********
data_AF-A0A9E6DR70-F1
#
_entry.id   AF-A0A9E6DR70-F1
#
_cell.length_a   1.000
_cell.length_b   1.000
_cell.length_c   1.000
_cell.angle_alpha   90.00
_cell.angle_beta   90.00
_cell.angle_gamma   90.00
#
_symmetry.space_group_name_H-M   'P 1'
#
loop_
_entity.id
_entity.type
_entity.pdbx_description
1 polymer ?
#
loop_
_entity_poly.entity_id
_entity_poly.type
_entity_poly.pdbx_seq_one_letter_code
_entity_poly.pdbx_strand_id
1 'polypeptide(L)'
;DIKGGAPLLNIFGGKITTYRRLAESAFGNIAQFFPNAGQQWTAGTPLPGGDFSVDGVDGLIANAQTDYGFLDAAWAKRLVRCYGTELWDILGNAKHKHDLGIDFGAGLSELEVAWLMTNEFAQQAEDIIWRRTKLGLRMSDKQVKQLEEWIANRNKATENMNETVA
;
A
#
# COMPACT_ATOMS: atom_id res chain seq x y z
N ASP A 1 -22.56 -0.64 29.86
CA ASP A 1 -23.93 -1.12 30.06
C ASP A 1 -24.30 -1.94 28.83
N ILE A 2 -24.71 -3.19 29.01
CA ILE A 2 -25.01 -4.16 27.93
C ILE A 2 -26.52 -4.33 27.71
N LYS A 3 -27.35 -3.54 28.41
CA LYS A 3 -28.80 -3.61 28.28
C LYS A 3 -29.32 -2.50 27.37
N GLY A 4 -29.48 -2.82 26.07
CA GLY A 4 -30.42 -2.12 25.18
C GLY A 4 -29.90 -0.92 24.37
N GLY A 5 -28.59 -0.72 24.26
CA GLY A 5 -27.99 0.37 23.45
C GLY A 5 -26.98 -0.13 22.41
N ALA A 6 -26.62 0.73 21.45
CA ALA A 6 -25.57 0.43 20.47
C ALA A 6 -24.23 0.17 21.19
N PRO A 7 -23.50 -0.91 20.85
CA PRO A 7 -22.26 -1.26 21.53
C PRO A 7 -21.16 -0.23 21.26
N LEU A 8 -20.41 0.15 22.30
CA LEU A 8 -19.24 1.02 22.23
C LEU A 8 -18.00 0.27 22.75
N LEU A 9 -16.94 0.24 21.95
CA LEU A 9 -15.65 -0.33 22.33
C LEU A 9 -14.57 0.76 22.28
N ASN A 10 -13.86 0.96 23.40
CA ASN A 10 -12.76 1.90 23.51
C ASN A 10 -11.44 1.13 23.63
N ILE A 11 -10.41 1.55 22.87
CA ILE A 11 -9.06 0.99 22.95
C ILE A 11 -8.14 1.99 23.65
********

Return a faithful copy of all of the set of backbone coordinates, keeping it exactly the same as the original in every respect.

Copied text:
data_AF-A0A9E6DR70-F1
#
_entry.id   AF-A0A9E6DR70-F1
#
_cell.length_a   1.000
_cell.length_b   1.000
_cell.length_c   1.000
_cell.angle_alpha   90.00
_cell.angle_beta   90.00
_cell.angle_gamma   90.00
#
_symmetry.space_group_name_H-M   'P 1'
#
loop_
_entity.id
_entity.type
_entity.pdbx_description
1 polymer ?
#
loop_
_entity_poly.entity_id
_entity_poly.type
_entity_poly.pdbx_seq_one_letter_code
_entity_poly.pdbx_strand_id
1 'polypeptide(L)'
;DIKGGAPLLNIFGGKITTYRRLAESAFGNIAQFFPNAGQQWTAGTPLPGGDFSVDGVDGLIANAQTDYGFLDAAWAKRLVRCYGTELWDILGNAKHKHDLGIDFGAGLSELEVAWLMTNEFAQQAEDIIWRRTKLGLRMSDKQVKQLEEWIANRNKATENMNETVA
;
A
#
# COMPACT_ATOMS: atom_id res chain seq x y z
N ASP A 1 -22.56 -0.64 29.86
CA ASP A 1 -23.93 -1.12 30.06
C ASP A 1 -24.30 -1.94 28.83
N ILE A 2 -24.71 -3.19 29.01
CA ILE A 2 -25.01 -4.16 27.93
C ILE A 2 -26.52 -4.33 27.71
N LYS A 3 -27.35 -3.54 28.41
CA LYS A 3 -28.80 -3.61 28.28
C LYS A 3 -29.32 -2.50 27.37
N GLY A 4 -29.48 -2.82 26.07
CA GLY A 4 -30.42 -2.12 25.18
C GLY A 4 -29.90 -0.92 24.37
N GLY A 5 -28.59 -0.72 24.26
CA GLY A 5 -27.99 0.37 23.45
C GLY A 5 -26.98 -0.13 22.41
N ALA A 6 -26.62 0.73 21.45
CA ALA A 6 -25.57 0.43 20.47
C ALA A 6 -24.23 0.17 21.19
N PRO A 7 -23.50 -0.91 20.85
CA PRO A 7 -22.26 -1.26 21.53
C PRO A 7 -21.16 -0.23 21.26
N LEU A 8 -20.41 0.15 22.30
CA LEU A 8 -19.24 1.02 22.23
C LEU A 8 -18.00 0.27 22.75
N LEU A 9 -16.94 0.24 21.95
CA LEU A 9 -15.65 -0.33 22.33
C LEU A 9 -14.57 0.76 22.28
N ASN A 10 -13.86 0.96 23.40
CA ASN A 10 -12.76 1.90 23.51
C ASN A 10 -11.44 1.13 23.63
N ILE A 11 -10.41 1.55 22.87
CA ILE A 11 -9.06 0.99 22.95
C ILE A 11 -8.14 1.99 23.65